10 Questions to ask before you hire a web designer

1. Do you like their body of work?

First, you should look at their previous work. If somebodies portfolio is just so-so in your eyes then cross them off the list. Look at whether they’ve previously made sites that are similar to what you need. Is their portfolio diverse? You probably want a developer who has made a wide range of sites, rather than doing the exact same thing for every client, so that your site is uniquely designed for your needs. 

2.  Do you want a freelancer or an agency?

There are benefits to both. Freelancers are often cheaper than agencies as their overheads are usually lower. You’ll be working with the same person the whole time which means you often have more involvement in the creative process, which may mean reaching the overall design that you love quicker. However, it does of course mean you’re relying on one person. Using an agency may mean you’re dealing with lots of different people. This can be both positive and negative – there will always be someone able to help, but you may find it frustrating relaying information to multiple people. Much more complex websites are sometimes better off with an agency as they have specific people who specializes in each area. Or get the best of both and look for a small agency – like us!

3. What’s their timeline?

If you’ve got a launch date in mind, you’ll want to make sure your designer has space to fit you in. Of course, unexpected issues can happen and not all deadlines can be met. But they should be able to give you an approximate timeline for the completed site.

4. What platform are they building the website on?

There are many different ways to build a website. A site can be built completely with code or a CMS (content management system) platform can be used. Personally, I recommend self-hosted WordPress, as it will allow you to more easily update and edit the site yourself. A static site that doesn’t use a CMS (content management system) can make it much harder for you to manage later. Regardless of how they build it and on what platform they should be able to explain it to you in order for you to make the best decision for your business. 

5. Who will be looking after the website when it’s complete?

You’ll usually have the option of maintaining the site yourself or allowing your developer to do it for you. If they’re doing it for you, you need to ask how much is that going to cost and what you will get for your money? If you’re maintaining it yourself will they teach you how to manage it?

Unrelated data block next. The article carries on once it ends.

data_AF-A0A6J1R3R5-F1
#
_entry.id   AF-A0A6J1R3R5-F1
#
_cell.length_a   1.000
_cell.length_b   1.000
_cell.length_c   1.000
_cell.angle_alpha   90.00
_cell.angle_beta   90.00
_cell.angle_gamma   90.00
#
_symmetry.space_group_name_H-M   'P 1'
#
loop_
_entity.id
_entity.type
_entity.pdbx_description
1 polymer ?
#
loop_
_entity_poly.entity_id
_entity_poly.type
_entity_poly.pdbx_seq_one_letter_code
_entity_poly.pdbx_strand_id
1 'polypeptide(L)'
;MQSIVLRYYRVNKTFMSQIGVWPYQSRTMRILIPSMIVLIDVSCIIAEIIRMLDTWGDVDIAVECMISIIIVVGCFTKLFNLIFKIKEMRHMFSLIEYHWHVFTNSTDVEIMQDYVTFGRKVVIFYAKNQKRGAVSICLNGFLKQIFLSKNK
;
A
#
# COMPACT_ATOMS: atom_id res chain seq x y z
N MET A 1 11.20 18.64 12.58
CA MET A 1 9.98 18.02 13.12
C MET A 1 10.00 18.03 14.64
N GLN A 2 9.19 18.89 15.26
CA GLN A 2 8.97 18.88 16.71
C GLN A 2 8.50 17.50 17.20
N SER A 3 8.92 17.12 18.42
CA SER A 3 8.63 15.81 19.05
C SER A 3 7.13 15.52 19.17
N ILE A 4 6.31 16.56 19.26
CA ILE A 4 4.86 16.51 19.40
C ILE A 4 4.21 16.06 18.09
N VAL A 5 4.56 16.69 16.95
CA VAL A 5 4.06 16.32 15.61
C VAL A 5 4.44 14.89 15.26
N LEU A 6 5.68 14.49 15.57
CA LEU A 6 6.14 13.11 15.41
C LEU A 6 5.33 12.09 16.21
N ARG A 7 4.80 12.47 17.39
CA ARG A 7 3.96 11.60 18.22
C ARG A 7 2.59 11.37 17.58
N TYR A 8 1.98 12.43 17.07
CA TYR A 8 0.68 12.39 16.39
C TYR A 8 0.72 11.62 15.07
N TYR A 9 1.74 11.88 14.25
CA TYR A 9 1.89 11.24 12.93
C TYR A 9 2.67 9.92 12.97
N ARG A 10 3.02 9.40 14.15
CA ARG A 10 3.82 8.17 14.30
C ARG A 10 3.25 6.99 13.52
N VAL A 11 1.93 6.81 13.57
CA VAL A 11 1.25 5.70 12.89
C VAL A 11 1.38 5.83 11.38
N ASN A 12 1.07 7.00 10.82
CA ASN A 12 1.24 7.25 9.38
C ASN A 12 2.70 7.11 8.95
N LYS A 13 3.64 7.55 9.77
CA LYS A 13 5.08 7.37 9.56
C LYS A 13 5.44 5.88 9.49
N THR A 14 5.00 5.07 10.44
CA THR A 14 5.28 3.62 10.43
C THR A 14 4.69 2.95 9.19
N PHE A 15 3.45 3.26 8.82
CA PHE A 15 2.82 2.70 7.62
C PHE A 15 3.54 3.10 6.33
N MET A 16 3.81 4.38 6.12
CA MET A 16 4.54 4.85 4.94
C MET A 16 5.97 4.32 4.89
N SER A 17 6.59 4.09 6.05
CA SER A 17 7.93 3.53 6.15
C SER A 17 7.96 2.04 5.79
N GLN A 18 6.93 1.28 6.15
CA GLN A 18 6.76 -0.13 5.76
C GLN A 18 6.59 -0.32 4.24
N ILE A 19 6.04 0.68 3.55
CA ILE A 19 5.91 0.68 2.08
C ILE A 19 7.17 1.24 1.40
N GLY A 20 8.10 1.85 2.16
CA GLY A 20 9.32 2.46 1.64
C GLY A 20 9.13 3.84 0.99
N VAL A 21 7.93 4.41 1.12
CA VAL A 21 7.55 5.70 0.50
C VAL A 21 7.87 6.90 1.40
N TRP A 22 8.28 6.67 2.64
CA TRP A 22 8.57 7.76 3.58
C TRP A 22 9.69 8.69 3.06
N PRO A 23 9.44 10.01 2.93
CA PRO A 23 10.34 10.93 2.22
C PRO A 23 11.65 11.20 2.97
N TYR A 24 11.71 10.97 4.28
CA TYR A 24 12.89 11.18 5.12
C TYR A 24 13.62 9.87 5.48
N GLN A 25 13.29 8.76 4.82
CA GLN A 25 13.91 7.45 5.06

6. Do they provide hosting?

If a developer doesn’t include basic Search Engine Optimisation, run. It’s so important to use a developer who includes basic SEO, as a lot of SEO comes from the foundations of your site, and to go back through and optimize the site later can be very cumbersome. Some things that should be included in every website: Tags, Permalink Structure, Image Descriptions, Mobile Optimised.

7. Do they include Search Engine Optimisation?

If a developer doesn’t include basic Search Engine Optimisation, run. It’s so important to use a developer who includes basic SEO, as a lot of SEO comes from the foundations of your site, and to go back through and optimize the site later can be very cumbersome. Some things that should be included in every website: Tags, Permalink Structure, Image Descriptions, Mobile Optimised.

8. Can they code?

Ok, this may seem very basic – shouldn’t all developers have an understanding of code? In fact, nowadays you can build websites without touching a single bit of code. Now there’s nothing wrong with that, in fact, it can often make it easier for you to make changes to your own site. However, it’s usually best if your developer has a decent understanding code (in particular HTML, CSS, PHP, and Javascript) in order to be able to customize and make the site exactly as you want it. 

9. Will they take care of the security of the site?

You should look at whether your web developer’s own site uses SSL. If it does, it will have a ‘This site is secure’ message or a little padlock in the browser bar. If they don’t have SSL on their own site I’d be wary of their credentials, as SSL is essential for all websites. Additionally, you want to make sure they will add an SSL certificate to your site as well!

10. Finally, do you like them?

Ultimately you’ll likely be spending a lot of time perfecting your website, so you make sure you get on well with your developer!